The increased importance of pharmaceutical drugs in Canadian health care was not foreseen during the drafting of the Canada Health Act, federal legislation that sets out the requirements that provincial jurisdictions must satisfy in order to qualify for federal funding of their health care system. As a result, prescription drugs are covered in certain circumstances, such as during a visit to the hospital, but this coverage ends once you are discharged.
The 2003 Romanow report on health care proposed a series of initiatives with the ultimate goal of incorporating pharmaceutical drugs into the Canada Health Act. In October of 2004, the First Ministers created the Ministerial Task Force to guide the creation of the national pharmaceutical strategy, focusing on 9 key areas.
The Ministerial Task Force released an update in 2006, that was criticized for a lack of measurable progress, and also for the fact that of the 9 issues that the Task Force was to address, 4 did not make their way into the report.
Two areas of importance to Canadians are catastrophic drug coverage and coverage for expensive drugs for rare diseases. We have done our best to ferret out the progress made in these two areas.
What happened to Catastrophic Drug Coverage?
The idea behind catastrophic drug coverage is that Canadians should never be overwhelmed by the cost of drugs. It isn’t only Canadians with illnesses such as HIV or cancer that need help with high costs, someone with chronic health conditions could also have difficulty making ends meet.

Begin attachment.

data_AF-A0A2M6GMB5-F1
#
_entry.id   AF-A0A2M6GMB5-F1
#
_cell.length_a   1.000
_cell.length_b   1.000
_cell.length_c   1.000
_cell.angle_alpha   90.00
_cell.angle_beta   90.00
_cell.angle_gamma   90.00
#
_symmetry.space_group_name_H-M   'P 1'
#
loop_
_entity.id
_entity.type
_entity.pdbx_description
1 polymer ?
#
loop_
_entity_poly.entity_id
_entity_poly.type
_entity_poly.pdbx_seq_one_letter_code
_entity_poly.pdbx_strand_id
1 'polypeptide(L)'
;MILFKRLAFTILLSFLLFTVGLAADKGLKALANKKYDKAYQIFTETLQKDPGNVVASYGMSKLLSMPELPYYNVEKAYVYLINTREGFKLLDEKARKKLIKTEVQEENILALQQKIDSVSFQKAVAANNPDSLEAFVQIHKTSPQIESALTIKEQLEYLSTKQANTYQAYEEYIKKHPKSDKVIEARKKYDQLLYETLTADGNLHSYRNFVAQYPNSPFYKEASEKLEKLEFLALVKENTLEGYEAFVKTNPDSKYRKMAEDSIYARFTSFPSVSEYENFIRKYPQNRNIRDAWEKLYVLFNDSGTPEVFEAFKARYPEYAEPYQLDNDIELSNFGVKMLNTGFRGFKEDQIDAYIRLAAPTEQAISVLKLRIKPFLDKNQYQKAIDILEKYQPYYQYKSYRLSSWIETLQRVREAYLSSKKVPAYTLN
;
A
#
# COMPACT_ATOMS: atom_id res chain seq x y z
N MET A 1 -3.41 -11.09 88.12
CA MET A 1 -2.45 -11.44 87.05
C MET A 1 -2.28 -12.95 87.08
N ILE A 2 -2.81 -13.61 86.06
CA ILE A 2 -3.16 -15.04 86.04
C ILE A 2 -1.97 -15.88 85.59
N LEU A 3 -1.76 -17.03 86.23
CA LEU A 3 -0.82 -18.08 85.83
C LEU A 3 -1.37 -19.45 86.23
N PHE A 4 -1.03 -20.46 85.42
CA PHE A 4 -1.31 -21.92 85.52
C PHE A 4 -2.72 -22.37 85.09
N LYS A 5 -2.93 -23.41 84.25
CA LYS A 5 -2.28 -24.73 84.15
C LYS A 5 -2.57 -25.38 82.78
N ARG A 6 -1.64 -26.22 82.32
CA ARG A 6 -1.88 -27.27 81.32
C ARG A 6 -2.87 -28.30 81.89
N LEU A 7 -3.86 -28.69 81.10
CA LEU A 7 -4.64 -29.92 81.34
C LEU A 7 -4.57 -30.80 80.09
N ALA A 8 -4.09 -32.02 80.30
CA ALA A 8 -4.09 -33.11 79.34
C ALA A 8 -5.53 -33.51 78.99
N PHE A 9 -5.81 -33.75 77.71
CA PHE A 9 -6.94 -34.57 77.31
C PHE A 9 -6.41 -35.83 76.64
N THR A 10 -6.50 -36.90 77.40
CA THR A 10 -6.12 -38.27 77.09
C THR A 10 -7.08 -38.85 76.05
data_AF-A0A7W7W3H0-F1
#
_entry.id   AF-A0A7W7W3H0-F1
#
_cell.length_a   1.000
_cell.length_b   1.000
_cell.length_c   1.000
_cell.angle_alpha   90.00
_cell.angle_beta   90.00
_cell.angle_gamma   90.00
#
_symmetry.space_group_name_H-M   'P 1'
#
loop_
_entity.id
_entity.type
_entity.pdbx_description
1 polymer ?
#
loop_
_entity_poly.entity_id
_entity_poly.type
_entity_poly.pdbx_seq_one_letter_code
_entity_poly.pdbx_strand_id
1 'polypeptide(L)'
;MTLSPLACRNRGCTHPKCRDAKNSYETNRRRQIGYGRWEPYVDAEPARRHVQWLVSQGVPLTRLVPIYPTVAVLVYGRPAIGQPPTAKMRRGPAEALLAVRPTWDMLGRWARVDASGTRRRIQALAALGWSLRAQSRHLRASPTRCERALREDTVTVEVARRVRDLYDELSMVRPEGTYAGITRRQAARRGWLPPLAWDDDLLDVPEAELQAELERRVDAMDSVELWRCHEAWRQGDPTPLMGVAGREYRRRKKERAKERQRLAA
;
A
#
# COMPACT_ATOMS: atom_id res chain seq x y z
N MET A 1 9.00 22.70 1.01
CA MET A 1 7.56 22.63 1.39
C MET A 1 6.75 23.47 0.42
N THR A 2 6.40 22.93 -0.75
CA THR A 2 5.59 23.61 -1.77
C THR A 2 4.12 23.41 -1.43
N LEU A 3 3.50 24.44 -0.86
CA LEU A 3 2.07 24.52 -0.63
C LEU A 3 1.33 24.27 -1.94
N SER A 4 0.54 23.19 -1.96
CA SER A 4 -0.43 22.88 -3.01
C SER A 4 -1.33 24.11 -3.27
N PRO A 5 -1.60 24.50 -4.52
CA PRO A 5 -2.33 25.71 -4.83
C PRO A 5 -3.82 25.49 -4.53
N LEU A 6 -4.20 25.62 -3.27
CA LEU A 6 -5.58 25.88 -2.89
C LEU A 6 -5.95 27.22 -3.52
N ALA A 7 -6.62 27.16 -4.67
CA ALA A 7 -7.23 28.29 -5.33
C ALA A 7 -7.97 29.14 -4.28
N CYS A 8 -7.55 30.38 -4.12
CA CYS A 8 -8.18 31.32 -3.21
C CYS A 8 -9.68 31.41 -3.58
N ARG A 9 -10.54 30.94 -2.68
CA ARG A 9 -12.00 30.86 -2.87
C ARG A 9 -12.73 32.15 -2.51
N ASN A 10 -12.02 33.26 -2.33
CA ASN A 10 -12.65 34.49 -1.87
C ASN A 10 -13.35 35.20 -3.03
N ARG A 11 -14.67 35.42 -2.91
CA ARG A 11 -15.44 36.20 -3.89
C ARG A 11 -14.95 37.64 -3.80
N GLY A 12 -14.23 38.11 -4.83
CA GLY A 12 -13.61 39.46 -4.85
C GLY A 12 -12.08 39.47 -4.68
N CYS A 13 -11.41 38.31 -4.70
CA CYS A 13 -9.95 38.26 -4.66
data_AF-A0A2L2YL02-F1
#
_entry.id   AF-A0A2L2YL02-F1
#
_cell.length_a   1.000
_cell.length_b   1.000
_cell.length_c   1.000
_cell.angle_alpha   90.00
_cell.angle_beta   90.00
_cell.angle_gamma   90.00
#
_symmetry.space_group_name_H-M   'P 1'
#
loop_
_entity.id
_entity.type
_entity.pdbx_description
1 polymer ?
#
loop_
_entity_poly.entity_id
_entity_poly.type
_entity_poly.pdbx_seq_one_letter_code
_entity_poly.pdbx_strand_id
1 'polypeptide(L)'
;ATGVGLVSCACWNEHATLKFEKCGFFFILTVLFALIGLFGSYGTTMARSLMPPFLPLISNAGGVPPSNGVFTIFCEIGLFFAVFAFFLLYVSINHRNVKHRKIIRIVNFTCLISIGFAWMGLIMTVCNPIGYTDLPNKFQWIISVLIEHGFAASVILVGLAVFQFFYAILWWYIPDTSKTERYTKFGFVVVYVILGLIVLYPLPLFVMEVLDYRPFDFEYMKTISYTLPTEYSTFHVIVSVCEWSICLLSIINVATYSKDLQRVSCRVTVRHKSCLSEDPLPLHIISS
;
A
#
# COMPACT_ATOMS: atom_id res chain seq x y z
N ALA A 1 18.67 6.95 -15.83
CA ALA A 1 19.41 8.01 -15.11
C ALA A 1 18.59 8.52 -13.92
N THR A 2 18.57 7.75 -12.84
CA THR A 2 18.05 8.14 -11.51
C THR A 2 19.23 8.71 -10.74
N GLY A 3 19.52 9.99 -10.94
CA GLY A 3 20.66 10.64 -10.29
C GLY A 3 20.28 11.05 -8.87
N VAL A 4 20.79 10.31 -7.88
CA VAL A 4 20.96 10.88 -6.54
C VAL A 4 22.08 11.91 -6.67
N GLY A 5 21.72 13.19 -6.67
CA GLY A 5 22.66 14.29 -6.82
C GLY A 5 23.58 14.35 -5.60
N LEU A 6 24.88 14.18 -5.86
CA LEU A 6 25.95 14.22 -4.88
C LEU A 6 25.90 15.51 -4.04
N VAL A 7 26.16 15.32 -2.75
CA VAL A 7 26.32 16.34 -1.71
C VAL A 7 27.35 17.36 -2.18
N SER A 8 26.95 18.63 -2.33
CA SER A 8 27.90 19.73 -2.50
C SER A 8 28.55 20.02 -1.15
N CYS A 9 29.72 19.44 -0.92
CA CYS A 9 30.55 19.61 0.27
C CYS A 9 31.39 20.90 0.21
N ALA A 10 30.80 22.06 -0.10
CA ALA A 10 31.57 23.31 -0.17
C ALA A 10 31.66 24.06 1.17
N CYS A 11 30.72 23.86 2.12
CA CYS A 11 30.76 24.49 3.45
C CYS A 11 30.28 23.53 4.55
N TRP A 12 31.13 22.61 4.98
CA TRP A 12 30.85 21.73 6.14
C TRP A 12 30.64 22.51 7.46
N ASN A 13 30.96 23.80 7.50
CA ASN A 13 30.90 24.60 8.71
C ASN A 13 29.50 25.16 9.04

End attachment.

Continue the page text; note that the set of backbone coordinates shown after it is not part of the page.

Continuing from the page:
In 2006, the National Pharmaceuticals Strategy ministerial task force reported that progress on catastrophic drug coverage consisted of considering ways to determine nationwide criteria for Canadians to qualify.
In September 2008, the provincial and territorial ministers of health issued a public statement that catastrophic drug coverage is as essential to Canadians as physicians and hospital coverage and that the federal government has a funding responsibility to establish a minimum standard of drug coverage for all Canadians.
Most of the provinces have developed some sort of program to assist those individuals whose drugs costs have reached a cost that is disproportionately high to their income. Most provinces have a system in place to address this issue, such as a deductible, sometimes income tested, which prevents drug costs from getting too high. As of November 2008, PEI and New Brunswick did not have a catastrophic drug program. PEI has since implemented a high cost drug program to assist individuals and families with the costs of certain high cost drugs. New Brunswick still lacks a program for catastrophic drugs, with the exception of those individuals diagnosed with HIV/AIDS, and in May of this year the plight of a Fredericton man struggling with both cancer and drug bills made the news.
Politically, catastrophic drug coverage was a minor election issue in the 2008 federal election.
What happened to Coverage for Expensive Drugs for Rare Diseases?
Governments identified the need for a collaborative approach to this issue, given the extremely high cost of these therapies, that if one jurisdiction were to decide to fund them, other jurisdictions would be pressured to follow suit and the possibility of Canadians moving to jurisdictions where the medication is provided.